[13] Id. at 476-479.

[14] Union Bank of the Phils. v. CA, supra note 6 at 819; Records, pp. 1199-1200, Vol. III.

[15] Id. at 819-821.

[16] Id.

[17] 350 Phil. 402 (1998).

[18] Union Bank of the Phils. v. CA, supra note 6 at 832.

[19] Records, pp. 1399-1413, Vol. III.

[20] Id. at 1591-1597.

[21] Id. at 1598-1604.

[22] Id. at 1598-1599.

[23] Id. at 1600-1604.

[24] Id. at 1625-1670.

[25] Id. at 83-85, Vol. I.

[26] Id. at 511-518.

[27] Id. at 507-508.

[28] Id. at 521-526, Vol. II.

[29] Id. at 549-559.

[30] Id. at 761-774.

[31] Id. at 762-768.

[32] Rollo, pp. 81-84.

[33] Id. at 83-84.

[34] Rollo. p. 86.

[35] Supra note 6.

[36] Id.

[37] Id.

[38] Rollo, pp. 64-65.

[39] Id. at 105-121.

[40] Id. at 122.

[41] Records, pp. 1839-1840, Vol. III.

[42] Supra note 6.

[43] Rollo, pp. 89-90, 94.

[44] Supra note 6.

[45] Id.

[46] Id.

[47] Subic Telecommunications Company, Inc. v. Subic Bay Metropolitan Authority, et al., 618 Phil. 480, 493 (2009), citing Guevara v. BPI Securities Corporation, 530 Phil 342, 366 (2006).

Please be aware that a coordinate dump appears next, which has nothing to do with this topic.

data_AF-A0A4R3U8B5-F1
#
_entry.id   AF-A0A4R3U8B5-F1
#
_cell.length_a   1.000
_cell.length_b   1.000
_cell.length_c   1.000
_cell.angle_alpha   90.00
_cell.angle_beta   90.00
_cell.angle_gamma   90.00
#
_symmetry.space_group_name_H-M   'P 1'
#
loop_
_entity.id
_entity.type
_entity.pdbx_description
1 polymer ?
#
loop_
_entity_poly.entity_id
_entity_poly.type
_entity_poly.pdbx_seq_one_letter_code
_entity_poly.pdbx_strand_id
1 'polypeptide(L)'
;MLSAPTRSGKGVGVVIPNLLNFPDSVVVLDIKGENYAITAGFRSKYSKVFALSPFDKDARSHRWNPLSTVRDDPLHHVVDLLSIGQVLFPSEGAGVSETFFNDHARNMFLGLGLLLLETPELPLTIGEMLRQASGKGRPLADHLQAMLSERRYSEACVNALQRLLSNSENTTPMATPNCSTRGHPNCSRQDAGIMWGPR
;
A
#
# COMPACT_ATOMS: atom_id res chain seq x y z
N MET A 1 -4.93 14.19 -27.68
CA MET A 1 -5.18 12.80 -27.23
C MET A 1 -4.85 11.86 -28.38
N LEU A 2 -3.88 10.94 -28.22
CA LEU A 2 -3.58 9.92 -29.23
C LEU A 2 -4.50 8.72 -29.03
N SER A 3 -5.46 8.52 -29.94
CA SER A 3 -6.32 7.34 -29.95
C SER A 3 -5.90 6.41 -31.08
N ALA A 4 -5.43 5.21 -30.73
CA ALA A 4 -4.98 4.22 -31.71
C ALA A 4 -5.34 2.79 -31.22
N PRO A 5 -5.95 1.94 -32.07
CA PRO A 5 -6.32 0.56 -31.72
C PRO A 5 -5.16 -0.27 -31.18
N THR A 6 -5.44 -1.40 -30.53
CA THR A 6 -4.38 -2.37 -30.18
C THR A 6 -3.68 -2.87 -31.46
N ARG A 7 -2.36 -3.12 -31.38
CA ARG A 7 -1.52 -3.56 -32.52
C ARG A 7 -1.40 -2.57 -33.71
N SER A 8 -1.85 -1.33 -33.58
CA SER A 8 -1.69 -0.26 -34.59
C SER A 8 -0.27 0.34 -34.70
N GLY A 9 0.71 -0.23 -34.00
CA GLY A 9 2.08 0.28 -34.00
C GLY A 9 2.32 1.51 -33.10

[48] SECTION I. Grounds. — Within the time for but before filing the answer to the complaint or pleading asserting a claim, a motion to dismiss may be made on any of the following grounds:

xxxx
(e) That there is another action pending between the same parties for the same cause[.]

[49] Supra note 47 at 494-495.

[50] Supra Note 6.

[51] Id. at 825, citing Chung Ka Bio v. Intermediate Appellate Court, et al., 246 Phil. 556 (1988); Modern Paper Products, Inc., et al. v. Court of Appeals, et al., 350 Phil. 402 (1998).

[52] Records, pp. 1685-1687, Vol. III.